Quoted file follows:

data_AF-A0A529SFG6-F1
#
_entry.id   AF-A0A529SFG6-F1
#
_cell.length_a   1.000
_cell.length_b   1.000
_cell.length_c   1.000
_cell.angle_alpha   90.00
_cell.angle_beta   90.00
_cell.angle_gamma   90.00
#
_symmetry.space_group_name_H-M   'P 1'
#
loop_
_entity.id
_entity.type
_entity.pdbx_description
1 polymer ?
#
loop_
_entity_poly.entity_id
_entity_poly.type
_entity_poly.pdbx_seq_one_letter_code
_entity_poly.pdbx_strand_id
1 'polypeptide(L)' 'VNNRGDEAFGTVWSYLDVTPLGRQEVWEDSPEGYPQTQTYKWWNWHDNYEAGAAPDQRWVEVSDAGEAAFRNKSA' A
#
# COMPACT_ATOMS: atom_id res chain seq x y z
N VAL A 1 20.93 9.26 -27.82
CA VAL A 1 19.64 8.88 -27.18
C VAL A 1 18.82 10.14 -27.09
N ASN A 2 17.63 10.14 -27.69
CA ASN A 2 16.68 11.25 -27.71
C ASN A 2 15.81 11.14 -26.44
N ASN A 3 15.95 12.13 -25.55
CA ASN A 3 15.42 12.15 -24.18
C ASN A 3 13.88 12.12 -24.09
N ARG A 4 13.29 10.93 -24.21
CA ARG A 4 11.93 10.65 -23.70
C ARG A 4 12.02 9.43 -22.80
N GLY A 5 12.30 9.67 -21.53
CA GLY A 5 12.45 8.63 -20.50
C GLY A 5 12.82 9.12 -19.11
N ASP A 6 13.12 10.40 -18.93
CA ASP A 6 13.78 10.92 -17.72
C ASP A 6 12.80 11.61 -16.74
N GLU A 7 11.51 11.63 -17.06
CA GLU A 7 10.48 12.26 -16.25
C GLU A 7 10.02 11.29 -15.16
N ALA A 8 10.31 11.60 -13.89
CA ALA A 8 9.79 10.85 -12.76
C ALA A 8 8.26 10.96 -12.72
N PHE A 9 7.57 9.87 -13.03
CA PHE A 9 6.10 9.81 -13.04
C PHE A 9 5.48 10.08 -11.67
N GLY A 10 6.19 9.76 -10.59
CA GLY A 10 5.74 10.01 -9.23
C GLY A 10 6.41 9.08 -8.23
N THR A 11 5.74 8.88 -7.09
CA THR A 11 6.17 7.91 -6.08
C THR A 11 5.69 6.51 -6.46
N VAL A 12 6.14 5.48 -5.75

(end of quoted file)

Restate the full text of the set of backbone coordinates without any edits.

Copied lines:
data_AF-A0A529SFG6-F1
#
_entry.id   AF-A0A529SFG6-F1
#
_cell.length_a   1.000
_cell.length_b   1.000
_cell.length_c   1.000
_cell.angle_alpha   90.00
_cell.angle_beta   90.00
_cell.angle_gamma   90.00
#
_symmetry.space_group_name_H-M   'P 1'
#
loop_
_entity.id
_entity.type
_entity.pdbx_description
1 polymer ?
#
loop_
_entity_poly.entity_id
_entity_poly.type
_entity_poly.pdbx_seq_one_letter_code
_entity_poly.pdbx_strand_id
1 'polypeptide(L)' 'VNNRGDEAFGTVWSYLDVTPLGRQEVWEDSPEGYPQTQTYKWWNWHDNYEAGAAPDQRWVEVSDAGEAAFRNKSA' A
#
# COMPACT_ATOMS: atom_id res chain seq x y z
N VAL A 1 20.93 9.26 -27.82
CA VAL A 1 19.64 8.88 -27.18
C VAL A 1 18.82 10.14 -27.09
N ASN A 2 17.63 10.14 -27.69
CA ASN A 2 16.68 11.25 -27.71
C ASN A 2 15.81 11.14 -26.44
N ASN A 3 15.95 12.13 -25.55
CA ASN A 3 15.42 12.15 -24.18
C ASN A 3 13.88 12.12 -24.09
N ARG A 4 13.29 10.93 -24.21
CA ARG A 4 11.93 10.65 -23.70
C ARG A 4 12.02 9.43 -22.80
N GLY A 5 12.30 9.67 -21.53
CA GLY A 5 12.45 8.63 -20.50
C GLY A 5 12.82 9.12 -19.11
N ASP A 6 13.12 10.40 -18.93
CA ASP A 6 13.78 10.92 -17.72
C ASP A 6 12.80 11.61 -16.74
N GLU A 7 11.51 11.63 -17.06
CA GLU A 7 10.48 12.26 -16.25
C GLU A 7 10.02 11.29 -15.16
N ALA A 8 10.31 11.60 -13.89
CA ALA A 8 9.79 10.85 -12.76
C ALA A 8 8.26 10.96 -12.72
N PHE A 9 7.57 9.87 -13.03
CA PHE A 9 6.10 9.81 -13.04
C PHE A 9 5.48 10.08 -11.67
N GLY A 10 6.19 9.76 -10.59
CA GLY A 10 5.74 10.01 -9.23
C GLY A 10 6.41 9.08 -8.23
N THR A 11 5.74 8.88 -7.09
CA THR A 11 6.17 7.91 -6.08
C THR A 11 5.69 6.51 -6.46
N VAL A 12 6.14 5.48 -5.75